I've been to two high school productions recently. One was a musical, the other a choral event. Let me tell you what I noticed. In the musical, of the performers who didn't have lead roles, I'd say about 1 in 4 was overweight. In the choral production, the ratio was even higher -- nine of the 13 singers were overweight and probably five of them would be considered obese. I was shocked.
But maybe that's just the way it is today. Bill Baroni, a well-known New Jersey politician who told me about his 132-pound weight loss, said that when he grew up in the 1970s and 1980s, he was the target of cruel comments and hurtful exclusion by other children because he was “the fat kid” in his class. But today, he speculated, kids might not have it so bad.
“Today, you’re not the only fat kid in the class,” he said. “You’re just one of many fat kids.”
In fact, that’s just what health researchers have found. In a 2002 survey, the National Center for Health Statistics calculated that about 17 percent of children over the age of six are overweight or obese—that’s around 13.5 million children. That number has more than doubled in the last few decades. And who knows what’s happened in the years since the survey.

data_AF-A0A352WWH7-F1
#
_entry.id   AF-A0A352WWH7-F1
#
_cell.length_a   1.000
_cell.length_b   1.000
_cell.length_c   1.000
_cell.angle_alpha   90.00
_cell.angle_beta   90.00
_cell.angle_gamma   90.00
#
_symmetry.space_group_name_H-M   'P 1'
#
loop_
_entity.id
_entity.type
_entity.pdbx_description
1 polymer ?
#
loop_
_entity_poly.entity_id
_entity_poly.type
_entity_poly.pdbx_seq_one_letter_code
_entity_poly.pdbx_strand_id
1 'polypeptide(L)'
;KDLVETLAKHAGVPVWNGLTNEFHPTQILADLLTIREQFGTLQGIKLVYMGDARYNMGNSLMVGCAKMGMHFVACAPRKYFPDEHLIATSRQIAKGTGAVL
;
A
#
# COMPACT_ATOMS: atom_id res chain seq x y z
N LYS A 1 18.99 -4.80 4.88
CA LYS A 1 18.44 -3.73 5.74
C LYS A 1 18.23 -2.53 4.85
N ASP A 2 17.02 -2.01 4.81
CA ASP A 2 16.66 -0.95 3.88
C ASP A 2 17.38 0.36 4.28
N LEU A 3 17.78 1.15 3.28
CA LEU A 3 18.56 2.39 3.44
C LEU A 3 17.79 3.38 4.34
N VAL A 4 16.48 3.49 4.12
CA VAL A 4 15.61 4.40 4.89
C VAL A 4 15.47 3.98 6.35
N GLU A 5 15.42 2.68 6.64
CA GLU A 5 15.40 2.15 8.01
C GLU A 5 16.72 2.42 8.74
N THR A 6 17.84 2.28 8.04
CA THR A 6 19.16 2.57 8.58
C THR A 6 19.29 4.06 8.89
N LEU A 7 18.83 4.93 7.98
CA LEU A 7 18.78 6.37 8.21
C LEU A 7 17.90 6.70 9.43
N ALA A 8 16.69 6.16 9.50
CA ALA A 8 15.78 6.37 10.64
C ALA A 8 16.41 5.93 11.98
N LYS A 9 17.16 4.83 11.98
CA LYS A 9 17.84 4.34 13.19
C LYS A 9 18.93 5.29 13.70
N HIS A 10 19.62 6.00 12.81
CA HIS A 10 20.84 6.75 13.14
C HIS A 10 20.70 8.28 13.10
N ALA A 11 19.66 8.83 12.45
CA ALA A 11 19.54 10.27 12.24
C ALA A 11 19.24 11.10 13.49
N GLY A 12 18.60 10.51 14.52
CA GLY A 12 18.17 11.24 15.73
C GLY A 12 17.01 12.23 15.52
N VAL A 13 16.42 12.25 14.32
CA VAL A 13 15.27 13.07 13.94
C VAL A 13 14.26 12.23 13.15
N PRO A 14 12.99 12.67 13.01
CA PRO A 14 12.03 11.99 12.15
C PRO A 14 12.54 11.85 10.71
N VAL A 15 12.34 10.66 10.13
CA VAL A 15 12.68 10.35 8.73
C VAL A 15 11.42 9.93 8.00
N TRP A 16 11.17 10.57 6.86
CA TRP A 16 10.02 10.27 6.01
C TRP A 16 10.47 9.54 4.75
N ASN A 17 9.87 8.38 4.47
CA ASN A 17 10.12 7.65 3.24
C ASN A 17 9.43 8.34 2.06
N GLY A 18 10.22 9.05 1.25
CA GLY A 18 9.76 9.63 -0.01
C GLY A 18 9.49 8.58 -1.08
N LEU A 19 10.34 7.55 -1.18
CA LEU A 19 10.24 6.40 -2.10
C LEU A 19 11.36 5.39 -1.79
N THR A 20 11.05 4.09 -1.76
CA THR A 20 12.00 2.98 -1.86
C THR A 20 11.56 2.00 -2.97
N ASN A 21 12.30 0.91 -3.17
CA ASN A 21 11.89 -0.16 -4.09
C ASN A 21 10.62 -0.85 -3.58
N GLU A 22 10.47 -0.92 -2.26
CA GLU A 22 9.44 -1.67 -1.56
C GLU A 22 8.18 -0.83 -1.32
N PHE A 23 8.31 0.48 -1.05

Having a child myself, I don’t want to believe that the blame lies solely with parents. And, in fact, I don’t think it does. Read up on the food industry—Don’t Eat This Book by Morgan Spurlock or Fast Food Nation by Eric Schlosser—to come face to face with the powerful corporate forces that are battling us for our children’s health.
But we are not blameless. One Cornell University researcher has quantified just how much responsibility we as parents bear. In his book Mindless Eating: Why We Eat More Than We Think, Brian Wansink examines the influence of the person in the family he calls “the nutritional gatekeeper.” That's the parent who does the menu planning, grocery shopping and cooking. Through extensive studies, Wansink found that this person is responsible for about 72 percent of a family’s food choices.
I was heartened by that number, because it means that in our own house we can control all but 28 percent of the food our child eats. But if I’m honest, I have to admit that the decisions we make aren’t always good. Grilled sausage-and-cheese sandwiches. Donuts. Cheese puffs. Pepperoni pizza. Of our own volition, we abdicate some of our responsibility on a daily basis.
I recently laid out on the kitchen table the typical foods my son eats during an average day. I checked labels, looked up nutritional information online and added up his intake of just one ingredient: sugar. I'll post the results soon.... as soon as I pick myself up off the floor!